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Apple allegedly avoided paying over $65 billion in U.S. taxes by funneling money through offshore arrangements, a new report said.
Cupertino reportedly kept $218.55 billion in offshore tax havens, making them the biggest avoider of corporate taxes in the United States, according to a study by Citizens for Tax Justice and the Institute on Taxation and Economic Policy. Both groups admitted that over three quarters of Fortune 500 companies used similar offshore accounts to funnel a collective $2.42 trillion in profits and dodge over $700 billion in taxes — usually in places like the Cayman Islands, Bermuda, Luxembourg, Ireland, and the Netherlands, the report said.
But the New York Times points out that, according to US law, this type of tax evasion is technically legal.
“The hard fact is that the US tax code incentivizes tax haven abuse by allowing companies to indefinitely defer taxes on offshore profits until they are repatriated,” said Matthew Gardner, executive director of the Institute on Taxation and Economic Policy.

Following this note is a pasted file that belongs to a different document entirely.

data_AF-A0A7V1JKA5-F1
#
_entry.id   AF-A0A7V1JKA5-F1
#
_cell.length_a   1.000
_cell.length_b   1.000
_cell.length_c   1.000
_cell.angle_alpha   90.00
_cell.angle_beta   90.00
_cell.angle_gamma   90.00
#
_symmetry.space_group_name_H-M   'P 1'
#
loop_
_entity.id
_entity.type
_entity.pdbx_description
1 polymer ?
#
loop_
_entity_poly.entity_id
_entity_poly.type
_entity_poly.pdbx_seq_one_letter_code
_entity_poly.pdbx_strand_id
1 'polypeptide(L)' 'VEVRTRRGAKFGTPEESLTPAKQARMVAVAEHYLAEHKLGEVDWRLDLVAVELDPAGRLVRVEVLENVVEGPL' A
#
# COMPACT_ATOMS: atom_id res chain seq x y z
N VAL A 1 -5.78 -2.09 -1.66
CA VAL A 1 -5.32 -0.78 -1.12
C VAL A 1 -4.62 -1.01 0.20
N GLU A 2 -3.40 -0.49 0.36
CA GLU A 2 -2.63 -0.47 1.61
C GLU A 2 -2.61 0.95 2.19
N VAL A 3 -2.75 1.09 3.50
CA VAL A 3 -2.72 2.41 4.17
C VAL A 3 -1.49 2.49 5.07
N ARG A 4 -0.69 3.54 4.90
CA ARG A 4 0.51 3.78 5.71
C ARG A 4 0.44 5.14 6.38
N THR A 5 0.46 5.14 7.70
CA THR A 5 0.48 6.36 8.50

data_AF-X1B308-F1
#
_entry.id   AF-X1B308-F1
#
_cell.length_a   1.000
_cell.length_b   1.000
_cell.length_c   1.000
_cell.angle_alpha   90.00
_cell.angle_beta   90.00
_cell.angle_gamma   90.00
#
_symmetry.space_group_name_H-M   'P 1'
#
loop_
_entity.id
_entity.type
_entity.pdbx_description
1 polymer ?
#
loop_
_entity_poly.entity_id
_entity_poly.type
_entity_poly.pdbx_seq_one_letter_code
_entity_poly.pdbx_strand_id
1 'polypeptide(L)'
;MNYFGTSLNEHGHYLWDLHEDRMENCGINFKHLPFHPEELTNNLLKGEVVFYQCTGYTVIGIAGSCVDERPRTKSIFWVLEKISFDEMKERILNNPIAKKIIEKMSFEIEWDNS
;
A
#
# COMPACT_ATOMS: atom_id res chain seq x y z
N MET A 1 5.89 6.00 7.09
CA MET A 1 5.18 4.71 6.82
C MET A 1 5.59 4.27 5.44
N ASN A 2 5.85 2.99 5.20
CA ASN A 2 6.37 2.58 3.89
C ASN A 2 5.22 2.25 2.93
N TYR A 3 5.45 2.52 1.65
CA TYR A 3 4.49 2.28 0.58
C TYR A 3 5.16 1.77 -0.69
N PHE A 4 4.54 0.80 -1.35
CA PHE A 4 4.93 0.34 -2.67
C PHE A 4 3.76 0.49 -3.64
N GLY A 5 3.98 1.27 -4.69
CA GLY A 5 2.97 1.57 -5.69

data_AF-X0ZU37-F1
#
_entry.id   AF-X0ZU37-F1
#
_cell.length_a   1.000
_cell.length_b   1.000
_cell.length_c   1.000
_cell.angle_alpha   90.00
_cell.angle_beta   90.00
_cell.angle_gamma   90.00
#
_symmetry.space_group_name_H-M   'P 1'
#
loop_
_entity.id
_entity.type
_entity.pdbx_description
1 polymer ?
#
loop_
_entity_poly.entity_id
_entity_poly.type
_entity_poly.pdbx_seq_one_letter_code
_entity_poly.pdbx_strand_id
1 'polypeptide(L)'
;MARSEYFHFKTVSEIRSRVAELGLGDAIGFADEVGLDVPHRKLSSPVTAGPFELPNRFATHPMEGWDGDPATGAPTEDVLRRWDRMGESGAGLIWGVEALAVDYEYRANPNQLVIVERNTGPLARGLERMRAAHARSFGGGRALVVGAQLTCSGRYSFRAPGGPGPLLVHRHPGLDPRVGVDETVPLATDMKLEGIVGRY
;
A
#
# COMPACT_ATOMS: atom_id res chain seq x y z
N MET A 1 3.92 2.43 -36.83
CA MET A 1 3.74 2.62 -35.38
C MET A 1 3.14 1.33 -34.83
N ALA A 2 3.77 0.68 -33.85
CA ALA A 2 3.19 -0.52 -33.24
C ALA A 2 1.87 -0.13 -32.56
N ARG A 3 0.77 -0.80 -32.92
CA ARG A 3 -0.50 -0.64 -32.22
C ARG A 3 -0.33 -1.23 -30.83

If all of these companies paid their taxes all at once, they’d have to pay $717.8 billion in federal taxes — that’s over six times the annual cost of Obamacare, 30 percent of all funding toward US elementary and secondary schools, and 20 percent of the US defense budget, according to Quartz.
Apple has, for years, reportedly funneled billions in profits to its Irish subsidiary companies. In Ireland, the company allegedly exploited various loopholes to pay an extremely low tax rate. But Ireland’s tax policies have not gone unnoticed. Last month, the European Union ordered Apple to pay $14.5 billion in back taxes, according to the New York Times. Both Ireland and Apple vowed to fight the decision — although the Irish government has been working to close some of its tax loopholes.
Cupertino, for their part, has kept most of their revenue and cash reserves overseas — even though the US is the company’s home and largest market. The tech giant has refused to repatriate its cash reserves unless it is granted a “tax holiday,” which would reduce the amount of money it owes.